This falls very much into the category of, if it wasn’t so tragic it would be funny.  You have John Kasich, a decent man, with strong credentials and adult behavior languishing at the bottom of the pack not because he doesn’t have a good message, but because compared to “The Donald”, Cruz Control, and Groucho Rubio, the Governor of Ohio is just too plain boring.  Meanwhile, Dennis Miller, someone who I seem to remember as once being funny, thinks he’s a rip when he says, “If the ballot is between Hillary or Anyone but Hillary, my vote goes to Anyone but Hillary.” I get it Dennis, you hate her and you think you’re still funny.

The unfortunate and very frightening thing about all of this is, that as we enter a time when our leadership may be more important than ever before, and our enemies will do everything they can to see us flounder, we are most likely going to have a president too hated by too many people for anything good to get done.  People need to realize, and realize fast, that when watching the Kardashians, if what you see goes all wrong, only one family suffers.  If however we translate that mentality to presidential politics, millions of families will suffer.  Is it worth all this “entertainment”?  I think we all know the answer to that one.

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Who suffers from Election and Disaster Fatigue?

I am an American, and truly believe that as a whole we’re a good bunch.  With all my flaws I am by no means qualified to say otherwise, but since I don’t want my words to be misinterpreted, I happily begin by complimenting my fickle countrymen for their basic decency and kindness.

As we look back to the recent presidential election, I can’t help but sense that an election fatigue has set in.  Going back to when the Republicans had what was close to a football team on the debate stage, till the final contest in which the incumbent President Barack Obama defeated his Republican challenger Mitt Romney, the process has been so long I truly believe many are happy it is over.  Even those on the winning side.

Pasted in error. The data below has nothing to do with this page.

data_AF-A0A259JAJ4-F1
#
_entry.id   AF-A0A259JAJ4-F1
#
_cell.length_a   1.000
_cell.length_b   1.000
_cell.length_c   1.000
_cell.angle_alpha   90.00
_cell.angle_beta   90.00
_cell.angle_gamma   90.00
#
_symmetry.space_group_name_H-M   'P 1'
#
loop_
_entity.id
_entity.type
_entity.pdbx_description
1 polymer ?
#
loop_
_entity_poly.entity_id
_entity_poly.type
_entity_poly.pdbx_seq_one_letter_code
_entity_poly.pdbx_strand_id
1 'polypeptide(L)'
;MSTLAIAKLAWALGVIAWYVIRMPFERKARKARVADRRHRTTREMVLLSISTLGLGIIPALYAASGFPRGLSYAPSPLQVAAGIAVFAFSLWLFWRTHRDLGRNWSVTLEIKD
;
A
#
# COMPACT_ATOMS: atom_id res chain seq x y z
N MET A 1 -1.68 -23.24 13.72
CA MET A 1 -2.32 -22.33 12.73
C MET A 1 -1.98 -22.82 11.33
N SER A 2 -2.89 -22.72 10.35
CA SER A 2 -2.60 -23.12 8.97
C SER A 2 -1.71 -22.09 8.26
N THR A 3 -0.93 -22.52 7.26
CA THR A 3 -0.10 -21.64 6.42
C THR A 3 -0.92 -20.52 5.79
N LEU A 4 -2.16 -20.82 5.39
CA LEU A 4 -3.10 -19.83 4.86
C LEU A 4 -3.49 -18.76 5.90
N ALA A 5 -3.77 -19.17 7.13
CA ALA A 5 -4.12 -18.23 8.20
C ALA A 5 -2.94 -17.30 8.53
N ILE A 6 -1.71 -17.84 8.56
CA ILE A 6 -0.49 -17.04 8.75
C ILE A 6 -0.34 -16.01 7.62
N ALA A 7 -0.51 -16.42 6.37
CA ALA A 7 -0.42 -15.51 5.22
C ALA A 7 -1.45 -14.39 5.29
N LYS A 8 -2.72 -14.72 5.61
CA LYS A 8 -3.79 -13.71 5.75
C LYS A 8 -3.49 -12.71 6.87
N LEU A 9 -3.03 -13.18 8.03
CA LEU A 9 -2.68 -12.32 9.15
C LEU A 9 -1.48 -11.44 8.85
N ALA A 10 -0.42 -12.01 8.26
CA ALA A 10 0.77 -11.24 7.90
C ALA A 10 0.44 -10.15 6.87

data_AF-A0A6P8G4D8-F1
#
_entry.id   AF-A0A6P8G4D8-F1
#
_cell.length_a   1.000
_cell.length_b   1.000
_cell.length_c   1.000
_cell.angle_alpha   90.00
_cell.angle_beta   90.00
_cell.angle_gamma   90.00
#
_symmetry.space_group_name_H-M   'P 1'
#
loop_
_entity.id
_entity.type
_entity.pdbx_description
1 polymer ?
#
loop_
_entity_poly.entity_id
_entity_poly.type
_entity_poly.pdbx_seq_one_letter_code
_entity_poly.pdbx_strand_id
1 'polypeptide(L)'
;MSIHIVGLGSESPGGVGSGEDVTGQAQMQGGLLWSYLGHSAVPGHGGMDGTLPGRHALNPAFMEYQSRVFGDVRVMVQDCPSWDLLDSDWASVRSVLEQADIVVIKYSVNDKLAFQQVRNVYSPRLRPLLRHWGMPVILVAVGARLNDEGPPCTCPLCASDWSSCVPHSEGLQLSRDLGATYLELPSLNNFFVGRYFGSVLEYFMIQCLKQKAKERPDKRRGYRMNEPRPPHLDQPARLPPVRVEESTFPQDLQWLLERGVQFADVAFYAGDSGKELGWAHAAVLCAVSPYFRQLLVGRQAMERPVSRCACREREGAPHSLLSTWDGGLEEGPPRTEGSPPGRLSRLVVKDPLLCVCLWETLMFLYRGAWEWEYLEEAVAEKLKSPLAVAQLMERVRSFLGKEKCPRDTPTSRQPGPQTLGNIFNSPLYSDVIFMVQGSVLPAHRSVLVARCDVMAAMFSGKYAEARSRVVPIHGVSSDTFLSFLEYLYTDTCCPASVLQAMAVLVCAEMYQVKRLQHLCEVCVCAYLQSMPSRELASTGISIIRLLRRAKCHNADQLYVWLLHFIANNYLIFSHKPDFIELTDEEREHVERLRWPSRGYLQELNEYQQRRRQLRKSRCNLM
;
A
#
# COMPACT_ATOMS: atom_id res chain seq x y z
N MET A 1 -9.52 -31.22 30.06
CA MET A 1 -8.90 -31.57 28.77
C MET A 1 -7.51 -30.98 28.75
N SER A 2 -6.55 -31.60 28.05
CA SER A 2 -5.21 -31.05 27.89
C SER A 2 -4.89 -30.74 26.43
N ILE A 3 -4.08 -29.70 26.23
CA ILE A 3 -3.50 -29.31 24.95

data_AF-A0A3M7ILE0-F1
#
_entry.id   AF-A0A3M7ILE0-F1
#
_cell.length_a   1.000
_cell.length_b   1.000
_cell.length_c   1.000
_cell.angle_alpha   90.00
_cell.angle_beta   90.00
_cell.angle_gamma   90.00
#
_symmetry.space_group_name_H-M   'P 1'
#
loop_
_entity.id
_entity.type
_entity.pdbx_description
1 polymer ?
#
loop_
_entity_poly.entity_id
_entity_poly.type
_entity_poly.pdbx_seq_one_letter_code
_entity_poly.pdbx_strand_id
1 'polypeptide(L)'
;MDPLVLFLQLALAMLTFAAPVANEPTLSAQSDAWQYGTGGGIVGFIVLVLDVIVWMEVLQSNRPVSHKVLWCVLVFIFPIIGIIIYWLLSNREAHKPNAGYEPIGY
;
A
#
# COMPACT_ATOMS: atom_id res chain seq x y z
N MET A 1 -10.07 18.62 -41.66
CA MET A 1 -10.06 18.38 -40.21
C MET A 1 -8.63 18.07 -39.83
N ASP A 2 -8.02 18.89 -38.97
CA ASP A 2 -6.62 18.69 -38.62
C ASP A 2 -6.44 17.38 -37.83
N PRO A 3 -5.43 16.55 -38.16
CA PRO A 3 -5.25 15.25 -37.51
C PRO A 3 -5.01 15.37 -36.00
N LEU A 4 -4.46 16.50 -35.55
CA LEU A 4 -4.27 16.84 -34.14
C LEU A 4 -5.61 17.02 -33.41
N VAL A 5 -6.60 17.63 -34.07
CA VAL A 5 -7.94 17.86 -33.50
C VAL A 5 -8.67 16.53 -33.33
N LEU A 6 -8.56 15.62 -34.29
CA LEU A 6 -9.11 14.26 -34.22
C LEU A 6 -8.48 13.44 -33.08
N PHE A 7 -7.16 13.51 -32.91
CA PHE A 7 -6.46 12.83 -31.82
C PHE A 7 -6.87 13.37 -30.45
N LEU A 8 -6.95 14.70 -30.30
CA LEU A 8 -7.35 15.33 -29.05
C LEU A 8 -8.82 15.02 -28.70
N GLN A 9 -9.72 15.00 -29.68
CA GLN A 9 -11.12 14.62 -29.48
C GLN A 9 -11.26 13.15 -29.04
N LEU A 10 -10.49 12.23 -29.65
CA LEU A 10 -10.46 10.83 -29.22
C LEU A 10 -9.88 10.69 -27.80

The good thing about the timing of the election was that it came just in time to help deal with Disaster fatigue.  Please forgive me if this comes across cynical.  That is not my intention.  I do not believe that most people who felt bad at the peak of Superstorm Sandy no longer feel bad.  I do however feel that many are less fascinated by the news reports than they were in the immediate days that followed.

All these stories not only continue, but they continue to be important and relevant.  The presidential election in of itself is not as important as what gets done moving forward.  Everyone knows we have a big mess on our hands and that the President, together with the Senate and Congress need to move into action and get things on the right track.  But enough about the election now. It’s old news.

Hurricane Sandy in many ways is two stories.  The first story was the immediate storm and the drama and serious impact it had.  The second story, the more serious one, is the story of the people who have suffered and still suffer as a result of the storm.  This is a story that unfortunately will continue for quite some time.  People are homeless, hungry and cold.   They are frustrated and despondent and will be needing help for a very long time.  But the story of the storm itself, the floods, fires, storm surges, well that’s old news now.

Gas shortages and long lines is becoming old news as well.  Unless of course fights break out while people wait in line.  Then the news becomes exciting again.  We are a sensationalist society and when the story loses its sensationalism the public loses some interest.  That doesn’t mean we become uncaring.  There are so many good people, people better than me, who give so much time to help those in need.  It’s just that unfortunately people’s suffering is never really news.  It doesn’t go away and being that it is a constant, loses its headline status.

Part of the biggest challenge facing us is to see to it that when these stories lose front page stature they don’t lose their importance.  It is incumbent on anyone with any audience, even a small one, to seek out and find the stories of those who need help.  That way we can continue to be the sensationalist society we obviously and honestly want to be, while not turning away from those who truly need our help.

If any of you have stories of people in need that you wish to share, please email me at hollandsheroes80@gmail.com.  Sometimes the greatest help starts from the most unlikely source.